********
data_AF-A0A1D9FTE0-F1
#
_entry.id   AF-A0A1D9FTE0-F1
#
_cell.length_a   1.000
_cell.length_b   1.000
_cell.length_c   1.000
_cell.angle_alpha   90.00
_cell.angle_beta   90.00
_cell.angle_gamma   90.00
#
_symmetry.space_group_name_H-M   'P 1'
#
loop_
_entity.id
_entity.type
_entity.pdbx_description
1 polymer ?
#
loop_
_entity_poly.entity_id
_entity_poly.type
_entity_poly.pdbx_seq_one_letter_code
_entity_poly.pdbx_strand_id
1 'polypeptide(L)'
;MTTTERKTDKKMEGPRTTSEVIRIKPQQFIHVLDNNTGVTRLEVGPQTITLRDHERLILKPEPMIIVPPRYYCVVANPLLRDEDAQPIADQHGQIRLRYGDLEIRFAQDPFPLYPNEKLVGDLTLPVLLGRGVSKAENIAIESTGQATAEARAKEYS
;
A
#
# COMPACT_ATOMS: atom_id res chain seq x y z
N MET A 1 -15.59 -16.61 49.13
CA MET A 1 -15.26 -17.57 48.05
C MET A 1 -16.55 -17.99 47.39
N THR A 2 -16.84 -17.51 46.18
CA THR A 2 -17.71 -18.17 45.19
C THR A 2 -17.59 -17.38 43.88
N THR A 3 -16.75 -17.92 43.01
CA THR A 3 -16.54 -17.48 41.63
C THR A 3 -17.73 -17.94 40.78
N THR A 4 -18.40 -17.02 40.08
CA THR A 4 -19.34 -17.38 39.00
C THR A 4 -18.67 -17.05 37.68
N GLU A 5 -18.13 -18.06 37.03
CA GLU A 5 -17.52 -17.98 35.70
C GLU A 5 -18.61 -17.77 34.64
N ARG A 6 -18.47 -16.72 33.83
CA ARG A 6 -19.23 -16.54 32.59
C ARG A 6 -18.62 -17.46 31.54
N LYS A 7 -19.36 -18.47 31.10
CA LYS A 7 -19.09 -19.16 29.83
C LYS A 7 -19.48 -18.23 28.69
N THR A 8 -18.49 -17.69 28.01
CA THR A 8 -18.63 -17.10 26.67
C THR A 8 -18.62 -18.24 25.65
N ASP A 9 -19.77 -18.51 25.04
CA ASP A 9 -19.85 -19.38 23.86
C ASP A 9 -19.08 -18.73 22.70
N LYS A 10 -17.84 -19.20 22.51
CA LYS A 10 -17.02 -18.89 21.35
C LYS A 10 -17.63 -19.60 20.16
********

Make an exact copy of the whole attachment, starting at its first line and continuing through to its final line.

data_AF-A0A1D9FTE0-F1
#
_entry.id   AF-A0A1D9FTE0-F1
#
_cell.length_a   1.000
_cell.length_b   1.000
_cell.length_c   1.000
_cell.angle_alpha   90.00
_cell.angle_beta   90.00
_cell.angle_gamma   90.00
#
_symmetry.space_group_name_H-M   'P 1'
#
loop_
_entity.id
_entity.type
_entity.pdbx_description
1 polymer ?
#
loop_
_entity_poly.entity_id
_entity_poly.type
_entity_poly.pdbx_seq_one_letter_code
_entity_poly.pdbx_strand_id
1 'polypeptide(L)'
;MTTTERKTDKKMEGPRTTSEVIRIKPQQFIHVLDNNTGVTRLEVGPQTITLRDHERLILKPEPMIIVPPRYYCVVANPLLRDEDAQPIADQHGQIRLRYGDLEIRFAQDPFPLYPNEKLVGDLTLPVLLGRGVSKAENIAIESTGQATAEARAKEYS
;
A
#
# COMPACT_ATOMS: atom_id res chain seq x y z
N MET A 1 -15.59 -16.61 49.13
CA MET A 1 -15.26 -17.57 48.05
C MET A 1 -16.55 -17.99 47.39
N THR A 2 -16.84 -17.51 46.18
CA THR A 2 -17.71 -18.17 45.19
C THR A 2 -17.59 -17.38 43.88
N THR A 3 -16.75 -17.92 43.01
CA THR A 3 -16.54 -17.48 41.63
C THR A 3 -17.73 -17.94 40.78
N THR A 4 -18.40 -17.02 40.08
CA THR A 4 -19.34 -17.38 39.00
C THR A 4 -18.67 -17.05 37.68
N GLU A 5 -18.13 -18.06 37.03
CA GLU A 5 -17.52 -17.98 35.70
C GLU A 5 -18.61 -17.77 34.64
N ARG A 6 -18.47 -16.72 33.83
CA ARG A 6 -19.23 -16.54 32.59
C ARG A 6 -18.62 -17.46 31.54
N LYS A 7 -19.36 -18.47 31.10
CA LYS A 7 -19.09 -19.16 29.83
C LYS A 7 -19.48 -18.23 28.69
N THR A 8 -18.49 -17.69 28.01
CA THR A 8 -18.63 -17.10 26.67
C THR A 8 -18.62 -18.24 25.65
N ASP A 9 -19.77 -18.51 25.04
CA ASP A 9 -19.85 -19.38 23.86
C ASP A 9 -19.08 -18.73 22.70
N LYS A 10 -17.84 -19.20 22.51
CA LYS A 10 -17.02 -18.89 21.35
C LYS A 10 -17.63 -19.60 20.16